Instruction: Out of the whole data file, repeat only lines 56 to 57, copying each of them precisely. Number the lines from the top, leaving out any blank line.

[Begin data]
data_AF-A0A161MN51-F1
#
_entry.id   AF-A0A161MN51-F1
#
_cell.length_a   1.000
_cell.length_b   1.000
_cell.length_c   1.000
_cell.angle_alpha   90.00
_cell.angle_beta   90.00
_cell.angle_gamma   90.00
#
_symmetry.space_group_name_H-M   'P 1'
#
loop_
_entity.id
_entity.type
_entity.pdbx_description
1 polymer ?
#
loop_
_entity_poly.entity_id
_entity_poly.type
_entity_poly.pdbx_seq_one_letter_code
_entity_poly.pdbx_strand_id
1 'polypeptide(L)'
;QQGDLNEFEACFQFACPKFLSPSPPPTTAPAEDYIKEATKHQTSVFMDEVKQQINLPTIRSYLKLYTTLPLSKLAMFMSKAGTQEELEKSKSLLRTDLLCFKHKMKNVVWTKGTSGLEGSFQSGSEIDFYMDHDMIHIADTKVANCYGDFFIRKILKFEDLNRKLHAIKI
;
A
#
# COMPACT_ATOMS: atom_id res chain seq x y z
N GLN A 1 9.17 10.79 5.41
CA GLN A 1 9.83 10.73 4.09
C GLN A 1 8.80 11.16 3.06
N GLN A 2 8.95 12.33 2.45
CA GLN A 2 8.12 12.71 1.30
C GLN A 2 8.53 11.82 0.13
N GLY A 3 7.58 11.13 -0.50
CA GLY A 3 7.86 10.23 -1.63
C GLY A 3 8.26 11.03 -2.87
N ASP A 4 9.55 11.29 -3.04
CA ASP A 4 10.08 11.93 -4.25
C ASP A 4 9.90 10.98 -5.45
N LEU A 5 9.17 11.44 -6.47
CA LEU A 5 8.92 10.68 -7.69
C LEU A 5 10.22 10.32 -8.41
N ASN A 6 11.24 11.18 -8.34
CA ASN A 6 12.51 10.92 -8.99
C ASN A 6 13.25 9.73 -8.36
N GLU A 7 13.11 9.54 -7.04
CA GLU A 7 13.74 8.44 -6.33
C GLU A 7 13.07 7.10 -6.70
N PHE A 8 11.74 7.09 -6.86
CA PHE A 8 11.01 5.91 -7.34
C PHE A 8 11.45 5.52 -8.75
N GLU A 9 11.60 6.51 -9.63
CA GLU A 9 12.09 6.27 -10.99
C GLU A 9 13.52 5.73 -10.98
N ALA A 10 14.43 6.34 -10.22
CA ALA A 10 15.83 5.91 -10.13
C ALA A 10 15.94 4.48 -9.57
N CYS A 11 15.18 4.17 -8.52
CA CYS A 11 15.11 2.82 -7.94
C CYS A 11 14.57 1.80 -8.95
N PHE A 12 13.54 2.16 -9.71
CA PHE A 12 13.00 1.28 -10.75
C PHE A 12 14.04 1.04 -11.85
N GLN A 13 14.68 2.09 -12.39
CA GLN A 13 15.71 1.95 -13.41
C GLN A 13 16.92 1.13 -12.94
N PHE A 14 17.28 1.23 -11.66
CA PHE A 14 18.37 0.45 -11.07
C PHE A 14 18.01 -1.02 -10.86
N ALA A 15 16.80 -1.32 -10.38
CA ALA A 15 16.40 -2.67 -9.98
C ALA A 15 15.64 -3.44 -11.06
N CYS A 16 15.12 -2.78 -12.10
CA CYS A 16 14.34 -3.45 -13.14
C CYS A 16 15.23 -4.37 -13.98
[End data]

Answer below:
CA GLU A 9 12.09 6.27 -10.99
C GLU A 9 13.52 5.73 -10.98